This section presents the results of solving the proposed models in Section “Model description and solution approach”. The results are reported in two tables in the form of non-dominated solutions. Table 5(a) and (b) show the costs of the members and the total cost of the supply chain according to different service levels in both scenarios, and Table 6 presents the quantities of the problem’s decision variables.

Table 5 (a) Supply chain costs in the non-coordinated scenario (italics shows the infeasible solutions for the main problem). (b) Supply chain costs in the coordinated scenario
Table 6 The value of decision variables in both scenarios; italics shows the infeasible solutions for the main problem

The OEM is faced with capital shortage and financing limitations, that is, it cannot obtain more than M units of cash from external financial institutions such as banks (M is the maximum limit for external financing). As explained earlier, this limitation may have some consequences such as the inability to satisfy all of the auto manufacturer’s demand and losing part of the OEM’s market share.

According to the numerical results, in the non-coordinated scenario with this circumstance (Table 5(a)), the OEM is not able to satisfy more than about 50% of the demand, as the quantity of required external financing for 60% of the auto manufacturer's demand is 55,479,000 (Table 6), which is more than the maximum limit of external financing (M = 50,000,000). Therefore, the problem is infeasible for \(\alpha \ge 0.6\) (italics in Tables 5(a) and 6) for the non-coordinated structure in accordance with the financing limitations (For \(\alpha \ge 0.6\), the problem is solved by eliminating constraint (5), which is related to the financing limitations, to track the amount of required loan from financial institutions.). The proposed coordination mechanism is developed to deal with these kinds of difficulties. Table 5(b) shows that in the coordinated scenario, all of the demand can be satisfied despite the financing limitations because of internal financing. Figure 3 illustrates the differences between the costs of the OEM, auto manufacturer, and the supply chain for the two scenarios for different service levels.

Fig. 3
figure 3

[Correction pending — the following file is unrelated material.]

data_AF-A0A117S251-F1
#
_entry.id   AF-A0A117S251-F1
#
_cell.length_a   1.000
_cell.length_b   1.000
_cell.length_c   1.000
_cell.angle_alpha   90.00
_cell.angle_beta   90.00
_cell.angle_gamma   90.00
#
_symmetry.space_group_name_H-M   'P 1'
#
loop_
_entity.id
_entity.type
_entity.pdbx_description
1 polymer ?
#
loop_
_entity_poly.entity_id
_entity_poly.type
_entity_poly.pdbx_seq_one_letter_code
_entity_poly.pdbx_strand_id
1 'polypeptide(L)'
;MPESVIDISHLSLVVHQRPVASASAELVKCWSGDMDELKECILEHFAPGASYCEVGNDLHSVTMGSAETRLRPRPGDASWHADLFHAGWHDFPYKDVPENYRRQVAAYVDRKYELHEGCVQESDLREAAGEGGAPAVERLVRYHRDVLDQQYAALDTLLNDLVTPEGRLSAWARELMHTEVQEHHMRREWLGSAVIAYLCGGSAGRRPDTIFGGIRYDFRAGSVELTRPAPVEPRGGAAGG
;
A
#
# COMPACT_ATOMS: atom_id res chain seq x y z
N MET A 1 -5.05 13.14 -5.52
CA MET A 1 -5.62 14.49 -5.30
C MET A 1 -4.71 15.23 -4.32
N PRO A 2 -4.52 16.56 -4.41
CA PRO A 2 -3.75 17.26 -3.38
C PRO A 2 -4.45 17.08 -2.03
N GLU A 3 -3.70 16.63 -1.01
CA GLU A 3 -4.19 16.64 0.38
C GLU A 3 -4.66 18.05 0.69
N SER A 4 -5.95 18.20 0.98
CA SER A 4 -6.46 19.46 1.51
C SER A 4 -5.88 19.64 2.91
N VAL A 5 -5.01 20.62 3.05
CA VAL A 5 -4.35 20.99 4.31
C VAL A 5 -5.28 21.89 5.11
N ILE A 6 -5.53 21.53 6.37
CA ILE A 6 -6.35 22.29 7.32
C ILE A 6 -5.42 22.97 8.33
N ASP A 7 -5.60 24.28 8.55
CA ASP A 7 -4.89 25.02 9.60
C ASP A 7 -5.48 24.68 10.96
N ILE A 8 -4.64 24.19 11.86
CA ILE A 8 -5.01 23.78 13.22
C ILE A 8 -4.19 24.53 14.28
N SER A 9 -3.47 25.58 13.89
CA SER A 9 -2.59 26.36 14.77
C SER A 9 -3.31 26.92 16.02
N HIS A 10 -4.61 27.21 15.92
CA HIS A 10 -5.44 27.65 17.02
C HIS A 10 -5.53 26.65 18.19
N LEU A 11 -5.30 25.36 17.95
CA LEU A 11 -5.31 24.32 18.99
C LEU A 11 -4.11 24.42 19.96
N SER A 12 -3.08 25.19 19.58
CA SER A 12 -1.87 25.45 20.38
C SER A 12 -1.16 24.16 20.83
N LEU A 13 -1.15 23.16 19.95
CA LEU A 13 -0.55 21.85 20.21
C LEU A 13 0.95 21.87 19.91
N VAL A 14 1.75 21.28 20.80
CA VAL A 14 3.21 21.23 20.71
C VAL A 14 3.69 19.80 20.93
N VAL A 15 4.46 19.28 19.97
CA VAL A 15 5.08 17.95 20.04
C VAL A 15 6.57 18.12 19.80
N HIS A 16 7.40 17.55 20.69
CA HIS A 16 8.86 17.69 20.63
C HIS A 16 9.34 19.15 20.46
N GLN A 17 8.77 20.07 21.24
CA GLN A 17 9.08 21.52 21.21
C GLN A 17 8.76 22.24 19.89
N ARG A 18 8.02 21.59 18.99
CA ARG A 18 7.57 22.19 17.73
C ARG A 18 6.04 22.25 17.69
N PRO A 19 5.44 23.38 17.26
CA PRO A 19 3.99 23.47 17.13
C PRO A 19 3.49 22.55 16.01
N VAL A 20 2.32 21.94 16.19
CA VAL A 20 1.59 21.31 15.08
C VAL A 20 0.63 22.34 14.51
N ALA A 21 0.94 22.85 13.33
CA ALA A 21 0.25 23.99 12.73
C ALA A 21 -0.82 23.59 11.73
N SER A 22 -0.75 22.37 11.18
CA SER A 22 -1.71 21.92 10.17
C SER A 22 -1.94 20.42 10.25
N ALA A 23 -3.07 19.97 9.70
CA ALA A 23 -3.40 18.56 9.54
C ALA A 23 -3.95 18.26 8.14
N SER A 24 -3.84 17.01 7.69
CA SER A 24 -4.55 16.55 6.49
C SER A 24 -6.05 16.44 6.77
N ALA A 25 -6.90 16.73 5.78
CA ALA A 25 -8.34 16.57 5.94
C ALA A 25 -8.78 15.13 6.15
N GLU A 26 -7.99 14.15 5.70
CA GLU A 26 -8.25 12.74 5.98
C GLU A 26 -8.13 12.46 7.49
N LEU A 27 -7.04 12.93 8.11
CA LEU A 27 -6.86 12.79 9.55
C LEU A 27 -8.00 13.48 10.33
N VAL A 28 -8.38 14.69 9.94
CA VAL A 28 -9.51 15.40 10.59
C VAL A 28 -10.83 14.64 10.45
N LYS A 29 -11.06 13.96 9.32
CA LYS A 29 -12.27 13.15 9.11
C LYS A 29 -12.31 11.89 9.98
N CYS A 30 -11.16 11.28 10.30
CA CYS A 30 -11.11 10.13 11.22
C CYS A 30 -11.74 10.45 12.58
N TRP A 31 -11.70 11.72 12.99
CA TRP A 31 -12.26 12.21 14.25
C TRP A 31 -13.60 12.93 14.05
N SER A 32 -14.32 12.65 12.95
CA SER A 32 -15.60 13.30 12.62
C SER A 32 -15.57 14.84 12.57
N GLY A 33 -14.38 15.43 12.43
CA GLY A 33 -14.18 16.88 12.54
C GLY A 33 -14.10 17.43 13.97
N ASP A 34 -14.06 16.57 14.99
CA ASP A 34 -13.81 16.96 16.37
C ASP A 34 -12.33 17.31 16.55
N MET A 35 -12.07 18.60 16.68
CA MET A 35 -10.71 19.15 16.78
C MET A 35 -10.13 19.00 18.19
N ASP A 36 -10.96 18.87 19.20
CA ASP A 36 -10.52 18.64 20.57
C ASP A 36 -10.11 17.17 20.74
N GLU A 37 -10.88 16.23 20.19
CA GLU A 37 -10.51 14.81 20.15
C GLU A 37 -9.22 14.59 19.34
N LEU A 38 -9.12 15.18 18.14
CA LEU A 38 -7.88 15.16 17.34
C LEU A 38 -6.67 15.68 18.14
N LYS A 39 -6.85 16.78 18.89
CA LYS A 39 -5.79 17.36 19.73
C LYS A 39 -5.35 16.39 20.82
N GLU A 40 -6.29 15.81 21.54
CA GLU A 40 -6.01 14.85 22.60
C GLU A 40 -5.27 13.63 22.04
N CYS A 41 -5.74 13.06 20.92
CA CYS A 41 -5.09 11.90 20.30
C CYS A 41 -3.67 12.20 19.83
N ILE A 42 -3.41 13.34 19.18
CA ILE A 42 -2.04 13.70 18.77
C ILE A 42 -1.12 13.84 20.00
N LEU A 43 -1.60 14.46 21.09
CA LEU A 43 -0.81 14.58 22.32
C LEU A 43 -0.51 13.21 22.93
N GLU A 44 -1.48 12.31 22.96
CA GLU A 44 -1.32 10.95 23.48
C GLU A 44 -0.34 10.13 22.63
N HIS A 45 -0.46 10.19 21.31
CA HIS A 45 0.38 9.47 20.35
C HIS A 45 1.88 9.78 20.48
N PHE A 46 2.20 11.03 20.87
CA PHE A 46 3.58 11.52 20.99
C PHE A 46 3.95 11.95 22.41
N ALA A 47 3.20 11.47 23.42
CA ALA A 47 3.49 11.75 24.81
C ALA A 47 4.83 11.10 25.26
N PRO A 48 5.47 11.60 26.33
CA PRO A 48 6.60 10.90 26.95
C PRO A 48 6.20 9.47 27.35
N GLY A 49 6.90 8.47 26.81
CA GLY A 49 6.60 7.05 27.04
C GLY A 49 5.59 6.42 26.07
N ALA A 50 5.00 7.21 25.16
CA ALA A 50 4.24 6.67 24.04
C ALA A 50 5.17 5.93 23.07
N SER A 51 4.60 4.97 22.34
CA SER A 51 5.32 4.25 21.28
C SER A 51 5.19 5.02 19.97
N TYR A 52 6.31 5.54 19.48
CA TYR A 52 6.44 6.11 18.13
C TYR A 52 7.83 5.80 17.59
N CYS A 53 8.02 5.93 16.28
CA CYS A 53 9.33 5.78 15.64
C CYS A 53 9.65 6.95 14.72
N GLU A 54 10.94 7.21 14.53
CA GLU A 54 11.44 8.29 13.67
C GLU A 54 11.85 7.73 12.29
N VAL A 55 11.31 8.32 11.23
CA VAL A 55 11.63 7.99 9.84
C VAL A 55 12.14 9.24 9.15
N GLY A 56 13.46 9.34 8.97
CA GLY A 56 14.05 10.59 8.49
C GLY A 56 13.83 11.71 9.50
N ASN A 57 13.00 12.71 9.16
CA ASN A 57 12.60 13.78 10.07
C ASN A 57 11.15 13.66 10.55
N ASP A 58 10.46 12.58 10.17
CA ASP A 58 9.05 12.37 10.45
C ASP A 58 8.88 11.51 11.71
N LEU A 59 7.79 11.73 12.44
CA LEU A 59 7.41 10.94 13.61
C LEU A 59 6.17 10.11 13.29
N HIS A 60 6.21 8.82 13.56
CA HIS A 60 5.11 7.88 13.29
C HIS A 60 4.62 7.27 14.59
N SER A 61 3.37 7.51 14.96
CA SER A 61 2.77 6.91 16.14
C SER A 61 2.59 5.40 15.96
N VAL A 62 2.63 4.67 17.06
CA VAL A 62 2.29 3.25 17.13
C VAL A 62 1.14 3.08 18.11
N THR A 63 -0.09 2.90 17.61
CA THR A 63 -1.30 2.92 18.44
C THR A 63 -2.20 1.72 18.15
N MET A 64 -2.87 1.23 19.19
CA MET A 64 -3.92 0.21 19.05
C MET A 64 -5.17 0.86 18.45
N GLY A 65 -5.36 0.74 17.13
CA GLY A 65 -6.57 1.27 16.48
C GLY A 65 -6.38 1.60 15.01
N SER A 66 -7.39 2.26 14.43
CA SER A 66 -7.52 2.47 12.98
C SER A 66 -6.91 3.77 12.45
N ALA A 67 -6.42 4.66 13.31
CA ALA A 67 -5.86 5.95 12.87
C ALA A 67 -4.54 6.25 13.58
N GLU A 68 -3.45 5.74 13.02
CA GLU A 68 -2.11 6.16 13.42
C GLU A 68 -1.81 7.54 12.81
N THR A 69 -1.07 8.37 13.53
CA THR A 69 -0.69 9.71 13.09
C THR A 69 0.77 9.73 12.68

The differences between the costs of OEM, AM, and the supply chain in two scenarios for different service levels. Note: For the service levels more than 0.5, the problem is infeasible for the non-coordinated scenario, that is, infinity costs

The numerical results indicate that the proposed coordination mechanism leads to cost reduction for the whole supply chain as compared with the non-coordinated scenario. As seen in Table 5(b), the supply chain cost is reduced in the coordinated scenario, as compared with the non-coordinated one, for all service levels (According to the results, for \(\alpha > 0.5\), the problem is infeasible for the non-coordinated scenario, i.e., the costs become infinity.). Moreover, through coordination, the OEM can order in larger quantities and larger periods than in the non-coordinated case (Table 6). In the coordinated scheme, the OEM takes advantage of the prepayment option and avoids external financing for all service levels in this example. As explained later in Lemma 3 in section “Sensitivity analysis”, the reason is that in this example, the interest rate of external financing is larger than the opportunity cost of the auto manufacturer. Consequently, the auto manufacturer's loss due to the prepayment to the OEM is less than the interest paid to the external institution for the loan at the end of the time horizon. It is also observed that for service levels of 0.9 and 1, the OEM takes advantage of both options: trade credit and prepayment of the auto manufacturer.

Cost-sharing mechanism

As previously mentioned, the supply chain benefits from the proposed coordination scheme through cost reduction. In the process of coordination, it is normal that some of the members face increased costs and others, reduced costs. As seen in Fig. 3, through coordination, the OEM’s costs decrease but those of the auto manufacturer increase.